I will not spell any more beans. Importantly, Yasmine doesn’t comment, doesn’t accuse or blame, she just lays out the outline of the story and doesn’t even get overtly emotional, leaving the emotions to the altogether three songs she has us listen to--the Marseillaise and the two songs of the second half of the show. These songs serve as sort of emotional pillars that hold the very brave construction of this show which feels like a suspension bridge over the chasm of failed humanity.  

There is something of the spirit of the ancient traveling storytellers in Yasmine’s way of relating the narrative. Only instead of a rebeck in hand, she has a camera, recordings and electronic means to set the houses in her drawings on the floor to flames and to make tears pour from her father’s face, drawn there and seen on the screen. Also she has the courage to mix cartoon-like drawing with tragedy--maybe in order to make it easier for us to understand, at long last. To understand both the past and the present of an, alas, still ongoing drama that so often turns out to be a tragedy.

The eye-opening and heart-rending quality of this show reminded me of the remarkable works of the South African director Brett Bailey, especially of his Exhibit B series, the most powerful glimpse at colonialism I have ever witnessed the art of theatre to offer. Likewise, when Fracture finishes, one has a feeling one has lived through not only a family’s story but the plight of a whole continent.

The Return of Karl May. Photo: Atdhe Mulla.

For me, one of the most anticipated Festival shows was The Return of Karl May, a production of Qendra Multimedia, Kosovo, since I had never before seen theatre from there and also because of the implied by the title, always a sensitive topic of Western stereotypes of the Balkans, myself being from there. With all due respect to the creators of the show and their unquestionable talent, what struck me most were the striking similarities with the first shows of Oliver Frljic. I will never forget his Damned Be the Traitor of His Homeland (2010), his international break-through work, because of the powerful impact of its direct, in-face contact with the audience, the walking-on-the-edge mixture of facts and fiction, and the no-beating-about-the-bush when it came to problems that were in urgent need to be stated out loud, no matter if that would mean trespassing into the territory of illustration or getting into a literally declarative spirit. I still present it to my students as one of the shows that started a new wave of great overtly political theatre around the beginning of the second decade of the new millennium. And I have no doubt that the team of the Kosovo company has not been directly influenced by Frljic, since they said at the after-show talk that they have actually only seen his theatre once. The thing is that now this type of theatre has for a while already been in competition with a foretold end with the placard-ness and fixation on statements of social media and the internet on the whole, and has, thus, rather exhausted its means of expression and, consequently, its power, precisely because it has become just a part of the incessant declarative talking on a global scale.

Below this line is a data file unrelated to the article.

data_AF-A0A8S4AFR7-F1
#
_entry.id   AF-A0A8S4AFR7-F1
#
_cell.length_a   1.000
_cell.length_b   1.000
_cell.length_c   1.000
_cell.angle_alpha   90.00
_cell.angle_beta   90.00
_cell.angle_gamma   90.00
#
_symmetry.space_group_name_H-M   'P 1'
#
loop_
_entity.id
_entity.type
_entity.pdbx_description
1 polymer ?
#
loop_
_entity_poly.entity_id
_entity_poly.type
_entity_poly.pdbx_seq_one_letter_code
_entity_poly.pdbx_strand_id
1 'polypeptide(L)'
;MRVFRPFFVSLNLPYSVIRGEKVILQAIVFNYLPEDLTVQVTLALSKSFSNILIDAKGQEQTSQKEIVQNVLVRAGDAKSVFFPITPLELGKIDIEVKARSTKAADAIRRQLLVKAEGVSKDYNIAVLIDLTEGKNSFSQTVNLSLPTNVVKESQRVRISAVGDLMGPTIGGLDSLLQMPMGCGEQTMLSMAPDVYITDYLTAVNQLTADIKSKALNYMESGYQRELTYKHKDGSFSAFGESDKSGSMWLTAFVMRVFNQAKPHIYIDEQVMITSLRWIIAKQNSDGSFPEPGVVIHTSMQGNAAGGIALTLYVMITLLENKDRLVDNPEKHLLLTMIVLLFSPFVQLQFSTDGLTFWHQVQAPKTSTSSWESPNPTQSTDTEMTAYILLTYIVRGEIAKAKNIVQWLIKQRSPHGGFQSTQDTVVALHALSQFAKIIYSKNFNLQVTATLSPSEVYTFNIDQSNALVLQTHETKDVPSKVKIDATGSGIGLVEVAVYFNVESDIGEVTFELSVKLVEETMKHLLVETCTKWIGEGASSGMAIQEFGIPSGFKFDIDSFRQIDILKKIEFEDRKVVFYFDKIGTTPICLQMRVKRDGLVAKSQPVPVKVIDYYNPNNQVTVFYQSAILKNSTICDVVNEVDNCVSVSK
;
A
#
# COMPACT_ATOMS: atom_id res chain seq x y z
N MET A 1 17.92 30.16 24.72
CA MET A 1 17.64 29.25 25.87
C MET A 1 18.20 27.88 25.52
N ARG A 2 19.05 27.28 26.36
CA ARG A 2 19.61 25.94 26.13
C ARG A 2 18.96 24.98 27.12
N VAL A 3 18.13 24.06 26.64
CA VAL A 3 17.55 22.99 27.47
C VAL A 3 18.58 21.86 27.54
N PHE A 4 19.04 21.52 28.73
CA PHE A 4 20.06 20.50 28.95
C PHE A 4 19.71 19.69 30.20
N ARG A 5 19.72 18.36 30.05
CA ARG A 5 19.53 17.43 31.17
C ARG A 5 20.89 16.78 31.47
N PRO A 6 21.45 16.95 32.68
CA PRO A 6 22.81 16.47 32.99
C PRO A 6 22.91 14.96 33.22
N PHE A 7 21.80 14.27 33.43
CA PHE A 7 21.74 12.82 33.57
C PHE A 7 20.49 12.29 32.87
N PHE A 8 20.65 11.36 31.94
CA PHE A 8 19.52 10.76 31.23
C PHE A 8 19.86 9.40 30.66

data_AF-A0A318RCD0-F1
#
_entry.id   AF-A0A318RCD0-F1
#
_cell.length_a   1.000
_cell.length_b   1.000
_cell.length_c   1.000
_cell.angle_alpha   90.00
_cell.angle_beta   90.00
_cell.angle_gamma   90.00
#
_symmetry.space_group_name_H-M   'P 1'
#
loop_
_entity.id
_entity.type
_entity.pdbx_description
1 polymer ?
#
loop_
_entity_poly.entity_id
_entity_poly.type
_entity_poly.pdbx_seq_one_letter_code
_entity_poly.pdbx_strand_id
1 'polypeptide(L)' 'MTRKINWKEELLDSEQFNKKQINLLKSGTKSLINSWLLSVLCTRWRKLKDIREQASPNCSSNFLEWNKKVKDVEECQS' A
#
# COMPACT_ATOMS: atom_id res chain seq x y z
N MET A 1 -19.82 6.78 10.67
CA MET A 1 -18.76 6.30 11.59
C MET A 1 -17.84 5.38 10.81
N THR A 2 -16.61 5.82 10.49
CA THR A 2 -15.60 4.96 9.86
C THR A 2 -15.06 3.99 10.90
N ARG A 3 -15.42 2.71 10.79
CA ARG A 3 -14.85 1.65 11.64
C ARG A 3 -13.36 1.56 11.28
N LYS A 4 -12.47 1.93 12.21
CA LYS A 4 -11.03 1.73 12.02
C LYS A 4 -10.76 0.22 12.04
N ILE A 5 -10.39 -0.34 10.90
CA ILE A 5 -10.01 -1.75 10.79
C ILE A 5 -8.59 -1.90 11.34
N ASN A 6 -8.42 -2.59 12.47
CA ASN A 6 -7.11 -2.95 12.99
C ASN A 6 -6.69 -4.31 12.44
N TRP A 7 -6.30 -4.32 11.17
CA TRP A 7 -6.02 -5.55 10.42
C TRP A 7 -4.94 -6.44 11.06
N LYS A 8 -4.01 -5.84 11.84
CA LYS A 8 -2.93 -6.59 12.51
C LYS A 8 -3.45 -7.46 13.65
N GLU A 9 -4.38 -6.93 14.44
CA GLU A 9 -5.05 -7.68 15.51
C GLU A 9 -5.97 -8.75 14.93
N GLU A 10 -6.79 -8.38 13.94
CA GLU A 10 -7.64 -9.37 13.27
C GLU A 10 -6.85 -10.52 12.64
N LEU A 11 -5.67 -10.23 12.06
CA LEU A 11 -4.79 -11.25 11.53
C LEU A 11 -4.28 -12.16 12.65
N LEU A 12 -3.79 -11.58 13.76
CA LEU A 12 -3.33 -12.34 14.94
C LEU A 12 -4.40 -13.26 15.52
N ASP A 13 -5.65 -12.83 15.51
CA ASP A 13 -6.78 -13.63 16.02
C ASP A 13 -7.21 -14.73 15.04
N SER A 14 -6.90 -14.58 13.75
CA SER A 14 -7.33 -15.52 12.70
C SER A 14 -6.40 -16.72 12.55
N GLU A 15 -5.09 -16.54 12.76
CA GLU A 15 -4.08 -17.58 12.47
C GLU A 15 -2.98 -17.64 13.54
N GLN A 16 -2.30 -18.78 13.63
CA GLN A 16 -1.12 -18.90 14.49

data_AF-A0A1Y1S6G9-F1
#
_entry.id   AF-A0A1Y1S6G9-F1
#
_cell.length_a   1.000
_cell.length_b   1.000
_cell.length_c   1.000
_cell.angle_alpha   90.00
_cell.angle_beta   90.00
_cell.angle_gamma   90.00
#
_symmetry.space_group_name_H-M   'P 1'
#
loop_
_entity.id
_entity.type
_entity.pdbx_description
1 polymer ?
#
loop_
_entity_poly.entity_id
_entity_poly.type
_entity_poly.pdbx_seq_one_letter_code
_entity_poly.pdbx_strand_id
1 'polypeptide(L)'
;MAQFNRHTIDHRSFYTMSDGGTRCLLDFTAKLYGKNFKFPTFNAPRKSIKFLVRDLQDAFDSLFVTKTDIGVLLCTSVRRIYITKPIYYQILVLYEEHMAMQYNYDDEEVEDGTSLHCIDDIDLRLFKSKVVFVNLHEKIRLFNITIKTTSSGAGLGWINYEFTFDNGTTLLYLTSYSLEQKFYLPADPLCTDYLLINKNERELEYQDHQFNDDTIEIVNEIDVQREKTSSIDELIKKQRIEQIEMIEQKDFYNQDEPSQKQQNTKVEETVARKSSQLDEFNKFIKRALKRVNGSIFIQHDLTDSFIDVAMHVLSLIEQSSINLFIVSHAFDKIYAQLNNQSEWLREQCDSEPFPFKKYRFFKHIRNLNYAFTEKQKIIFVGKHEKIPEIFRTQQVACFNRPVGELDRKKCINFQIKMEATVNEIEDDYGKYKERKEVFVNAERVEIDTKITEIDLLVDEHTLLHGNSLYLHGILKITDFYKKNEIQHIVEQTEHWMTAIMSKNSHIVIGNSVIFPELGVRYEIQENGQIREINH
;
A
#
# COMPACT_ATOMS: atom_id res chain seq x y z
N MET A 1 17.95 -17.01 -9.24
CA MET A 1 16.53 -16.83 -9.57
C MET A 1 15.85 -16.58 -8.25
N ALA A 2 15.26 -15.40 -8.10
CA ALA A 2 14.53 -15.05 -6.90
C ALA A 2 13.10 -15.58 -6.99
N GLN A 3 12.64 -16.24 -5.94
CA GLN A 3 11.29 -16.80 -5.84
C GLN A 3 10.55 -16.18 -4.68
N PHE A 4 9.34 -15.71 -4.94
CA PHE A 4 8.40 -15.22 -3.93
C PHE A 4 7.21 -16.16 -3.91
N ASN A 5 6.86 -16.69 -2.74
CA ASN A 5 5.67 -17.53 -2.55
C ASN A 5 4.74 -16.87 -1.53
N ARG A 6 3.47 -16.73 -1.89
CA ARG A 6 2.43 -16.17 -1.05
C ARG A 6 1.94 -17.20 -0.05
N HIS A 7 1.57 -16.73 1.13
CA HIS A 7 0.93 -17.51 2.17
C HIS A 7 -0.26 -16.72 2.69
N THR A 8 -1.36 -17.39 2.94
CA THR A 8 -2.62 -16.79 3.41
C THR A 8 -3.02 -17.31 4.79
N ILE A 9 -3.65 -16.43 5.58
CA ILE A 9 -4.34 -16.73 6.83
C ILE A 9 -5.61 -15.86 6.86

So, leaving Piatra Neamt, I came to wonder if the overt social and political theatre is not in need of reinventing, or rather re-imagining of itself. Especially, given the mighty impact of the other type of social and political theatre that does not simply name, spell out loud, and shock us with, the ills of our time and world but, by transforming them into (parts of) stories, manages to make them feel genuinely ours and, thus, make us genuinely care. 

Image Credits:

La Fracture. Photo: Pauline Vanden Neste




About The Authors

Kalina Stefanova, PhD, is the author/editor of 15 books on theatre and criticism. Five of

them are in English: one with Palgrave Macmillan (co-editor with Marvin Carlson) and

three with Routledge, launched in New York, London and Gdansk, and included in